Well herding this weekend went much, much better than last time. Thank goodness! I spent much of the past week mulling over last week’s disastrous lesson, and spent a good hour on the phone hashing it out with my instructor.
I am very fortunate to have an instructor who is so determined to have us succeed! She had also been wondering why things had fallen apart so badly and had come up with a number of ideas to try and fix it. She knows my commitment to positive training, and while she does use some compulsion, is more or less on the same page herself. We discussed going back to basics and a few other options until we had a plan.
Until now, what we have been doing is having me work Hannah to the best of my ability, and if (generally when) things fall apart beyond what I can repair, she steps in and takes over to fix things and end on a good note. This usually plays out as follows: I start with a very high-energy dog who is super keen to work. Things start out ok, then I make a mistake. The dog then starts to worry that we’re going to lose the sheep and starts to make decisions on her own. I get stressed and start speeding things up, and make more mistakes. The cycle continues, and sometimes spirals out of control with the dog blowing me off completely and working on her own. Usually by then she’s started chasing and splitting the sheep, and I end up running down the field hollering “YOU GET OUT OF THAT!!!” at the top of my lungs. When I get close, she immediately starts to listen and we get things back under control. We then start over, yet often end up in the same place.
This week, we reversed the sequence. My instructor started out working Hannah for about 10-15 minutes. Because she (my instructor) knows exactly what she’s doing, Hannah had no need to doubt her instructions, or to get worried and stressed. My instructor worked on Hannah’s flanks and lie downs, and a little driving. Hannah did beautifully and by the end of that short session, had lost her edginess. I was then handed over a calm steady dog happy to work and listen.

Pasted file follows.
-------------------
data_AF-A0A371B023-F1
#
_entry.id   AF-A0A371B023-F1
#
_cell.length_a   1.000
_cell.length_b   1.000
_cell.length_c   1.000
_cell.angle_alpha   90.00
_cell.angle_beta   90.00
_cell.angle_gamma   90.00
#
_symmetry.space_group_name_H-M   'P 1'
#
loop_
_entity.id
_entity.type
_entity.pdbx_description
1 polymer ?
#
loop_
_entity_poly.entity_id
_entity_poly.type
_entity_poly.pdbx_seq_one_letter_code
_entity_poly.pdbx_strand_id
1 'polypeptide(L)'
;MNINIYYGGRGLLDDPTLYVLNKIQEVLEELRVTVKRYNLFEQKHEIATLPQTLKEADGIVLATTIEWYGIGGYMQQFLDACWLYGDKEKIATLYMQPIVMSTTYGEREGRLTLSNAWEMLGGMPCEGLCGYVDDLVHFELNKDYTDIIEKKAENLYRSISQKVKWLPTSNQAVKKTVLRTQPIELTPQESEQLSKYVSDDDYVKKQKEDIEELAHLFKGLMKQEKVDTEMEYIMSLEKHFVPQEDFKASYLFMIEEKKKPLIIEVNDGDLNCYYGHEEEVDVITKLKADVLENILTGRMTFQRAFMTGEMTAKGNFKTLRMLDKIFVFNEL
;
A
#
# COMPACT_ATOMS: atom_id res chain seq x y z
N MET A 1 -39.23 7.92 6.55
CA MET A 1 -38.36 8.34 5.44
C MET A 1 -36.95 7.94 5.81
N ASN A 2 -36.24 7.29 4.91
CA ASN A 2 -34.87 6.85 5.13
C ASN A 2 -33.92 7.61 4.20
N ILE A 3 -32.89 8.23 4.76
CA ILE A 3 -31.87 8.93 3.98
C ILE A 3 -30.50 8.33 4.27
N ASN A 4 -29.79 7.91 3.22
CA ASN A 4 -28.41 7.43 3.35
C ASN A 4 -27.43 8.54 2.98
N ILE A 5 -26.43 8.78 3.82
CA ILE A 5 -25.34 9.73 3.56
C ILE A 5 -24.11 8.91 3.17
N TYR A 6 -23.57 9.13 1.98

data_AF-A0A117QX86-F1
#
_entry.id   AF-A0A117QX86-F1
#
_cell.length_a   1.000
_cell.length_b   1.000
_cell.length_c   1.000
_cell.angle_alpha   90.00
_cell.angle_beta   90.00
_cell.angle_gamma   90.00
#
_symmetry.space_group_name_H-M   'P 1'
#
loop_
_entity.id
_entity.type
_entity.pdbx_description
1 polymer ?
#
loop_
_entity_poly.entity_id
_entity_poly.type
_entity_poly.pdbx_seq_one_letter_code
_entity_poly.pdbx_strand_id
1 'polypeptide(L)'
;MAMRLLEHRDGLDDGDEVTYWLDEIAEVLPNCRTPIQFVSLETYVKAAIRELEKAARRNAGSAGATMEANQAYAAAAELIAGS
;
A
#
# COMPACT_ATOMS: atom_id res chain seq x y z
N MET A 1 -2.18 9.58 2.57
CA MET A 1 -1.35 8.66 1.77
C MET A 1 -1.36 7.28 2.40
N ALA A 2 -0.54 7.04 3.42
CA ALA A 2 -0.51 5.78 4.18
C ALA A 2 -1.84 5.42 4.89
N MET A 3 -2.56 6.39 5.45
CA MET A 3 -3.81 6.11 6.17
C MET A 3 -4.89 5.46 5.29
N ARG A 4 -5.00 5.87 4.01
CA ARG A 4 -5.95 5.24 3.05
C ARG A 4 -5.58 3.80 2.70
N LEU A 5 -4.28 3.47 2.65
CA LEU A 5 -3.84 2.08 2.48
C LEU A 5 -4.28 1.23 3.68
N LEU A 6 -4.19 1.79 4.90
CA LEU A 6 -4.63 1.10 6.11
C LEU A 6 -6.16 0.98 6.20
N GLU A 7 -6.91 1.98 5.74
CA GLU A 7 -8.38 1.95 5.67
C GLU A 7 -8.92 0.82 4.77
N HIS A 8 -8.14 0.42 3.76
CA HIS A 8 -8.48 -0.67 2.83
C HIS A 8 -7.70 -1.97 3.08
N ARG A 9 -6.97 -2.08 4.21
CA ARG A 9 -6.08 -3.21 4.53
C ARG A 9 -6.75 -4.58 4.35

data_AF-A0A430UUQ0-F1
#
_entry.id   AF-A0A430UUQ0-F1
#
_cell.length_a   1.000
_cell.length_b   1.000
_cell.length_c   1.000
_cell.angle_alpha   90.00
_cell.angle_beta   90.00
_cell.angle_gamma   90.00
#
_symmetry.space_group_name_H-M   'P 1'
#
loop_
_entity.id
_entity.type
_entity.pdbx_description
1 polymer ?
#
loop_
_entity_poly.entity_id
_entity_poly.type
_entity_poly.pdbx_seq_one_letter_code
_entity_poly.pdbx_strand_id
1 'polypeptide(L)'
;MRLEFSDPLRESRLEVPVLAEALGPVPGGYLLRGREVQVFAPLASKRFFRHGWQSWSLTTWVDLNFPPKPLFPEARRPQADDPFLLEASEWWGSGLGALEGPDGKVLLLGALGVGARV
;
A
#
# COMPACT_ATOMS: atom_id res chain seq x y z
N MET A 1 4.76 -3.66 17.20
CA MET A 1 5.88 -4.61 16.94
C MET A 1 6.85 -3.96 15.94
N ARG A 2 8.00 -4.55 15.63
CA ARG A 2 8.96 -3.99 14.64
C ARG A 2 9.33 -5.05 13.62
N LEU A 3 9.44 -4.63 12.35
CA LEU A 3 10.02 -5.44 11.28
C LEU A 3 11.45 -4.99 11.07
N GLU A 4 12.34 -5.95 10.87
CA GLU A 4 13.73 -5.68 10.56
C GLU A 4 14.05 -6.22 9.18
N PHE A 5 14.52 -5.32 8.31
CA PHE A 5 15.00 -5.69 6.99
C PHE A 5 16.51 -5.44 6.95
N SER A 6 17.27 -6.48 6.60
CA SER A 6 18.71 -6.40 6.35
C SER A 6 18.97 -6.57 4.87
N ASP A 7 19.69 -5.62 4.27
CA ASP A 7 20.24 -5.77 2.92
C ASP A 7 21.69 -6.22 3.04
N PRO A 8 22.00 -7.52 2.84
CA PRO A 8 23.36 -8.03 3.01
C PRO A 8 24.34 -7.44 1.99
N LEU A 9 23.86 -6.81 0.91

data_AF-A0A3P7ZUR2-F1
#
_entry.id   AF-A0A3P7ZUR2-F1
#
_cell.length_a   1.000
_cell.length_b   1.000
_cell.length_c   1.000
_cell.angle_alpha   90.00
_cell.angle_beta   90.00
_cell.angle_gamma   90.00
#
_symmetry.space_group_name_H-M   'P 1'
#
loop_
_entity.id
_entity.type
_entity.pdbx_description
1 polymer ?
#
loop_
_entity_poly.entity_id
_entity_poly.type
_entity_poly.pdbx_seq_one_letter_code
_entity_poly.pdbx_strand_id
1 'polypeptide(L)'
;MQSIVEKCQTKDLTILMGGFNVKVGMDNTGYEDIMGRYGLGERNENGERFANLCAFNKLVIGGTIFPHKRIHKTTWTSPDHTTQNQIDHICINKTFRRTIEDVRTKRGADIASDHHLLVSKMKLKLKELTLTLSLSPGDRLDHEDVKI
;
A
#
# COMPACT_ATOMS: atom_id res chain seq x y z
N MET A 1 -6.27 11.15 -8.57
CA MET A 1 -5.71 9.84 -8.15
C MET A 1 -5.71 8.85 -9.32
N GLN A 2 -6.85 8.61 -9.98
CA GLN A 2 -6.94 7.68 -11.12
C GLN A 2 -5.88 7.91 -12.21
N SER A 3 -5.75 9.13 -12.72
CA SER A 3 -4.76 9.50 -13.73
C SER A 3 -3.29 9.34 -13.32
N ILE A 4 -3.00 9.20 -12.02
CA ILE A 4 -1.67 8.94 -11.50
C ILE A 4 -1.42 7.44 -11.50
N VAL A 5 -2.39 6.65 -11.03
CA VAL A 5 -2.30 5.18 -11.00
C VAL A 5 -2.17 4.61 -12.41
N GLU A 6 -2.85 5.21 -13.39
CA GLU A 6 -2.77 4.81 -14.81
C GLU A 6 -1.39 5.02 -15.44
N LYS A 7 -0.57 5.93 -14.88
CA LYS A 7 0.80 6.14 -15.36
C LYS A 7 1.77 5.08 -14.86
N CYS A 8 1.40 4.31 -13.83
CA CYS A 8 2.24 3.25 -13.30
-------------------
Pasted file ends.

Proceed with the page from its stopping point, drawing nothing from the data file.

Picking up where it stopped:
Ideally, of course, Hannah would be worked exclusively by me. But I just don’t have the skill yet. An article in this month’s Dog Sport Magazine mentioned how in horse training, you would never put a green rider on a green horse. In dog sports, however, a green-handler-green-dog team is very common. Very few people in fact ever start agility with a trained dog. In herding this happens more often, but finding a trained dog is difficult and typically expensive. A dog who can run a novice-novice course, for example, will run at least $2000. I actually came across a 10-year-old retired open dog for $500, but didn’t realize just what a bargain that was.
So Hannah and I are learning together, although she was born with more understanding of herding than I’ll ever have. And even now she’s farther ahead than I. But it helps to have a dog who knows more, so I don’t mind my trainer working with her one bit, as long as I’m on the field when it happens and am still part of the picture.
Today I also discovered a major error in my understanding of herding. Anyone with any knowledge of the sport will probably think I’m and idiot, but at least I know now. On the fetch, you are supposed to bring the sheep on a straight line, the straighter the line, the higher the score. I understand straight lines, but what I didn’t get was that if the sheep move off this line, you need to get them back on the orginal line and then bring them to you. I had been just bringing them straight from wherever they ended up (typically well off the original centre line). My instructor kept hollering to bring them straight, which I thought I was doing!! Talk about miscommunication.
When we both finally realized the misunderstanding – which has been going on for months – my instructor got two pylons and set them up like fetch gates, such that they demarcated the center line I was to stick to. With that visual cue, I suddenly found it easy to push the sheep back to the center line and bring them straight down the field and through the pylons. Especially since Hannah was listening well after her introductory session.
All three of us were all very pleased with our progress and I’m hoping this breakthrough will help Hannah and I move off the plateau we’ve been on for the past couple of months and onward and upward.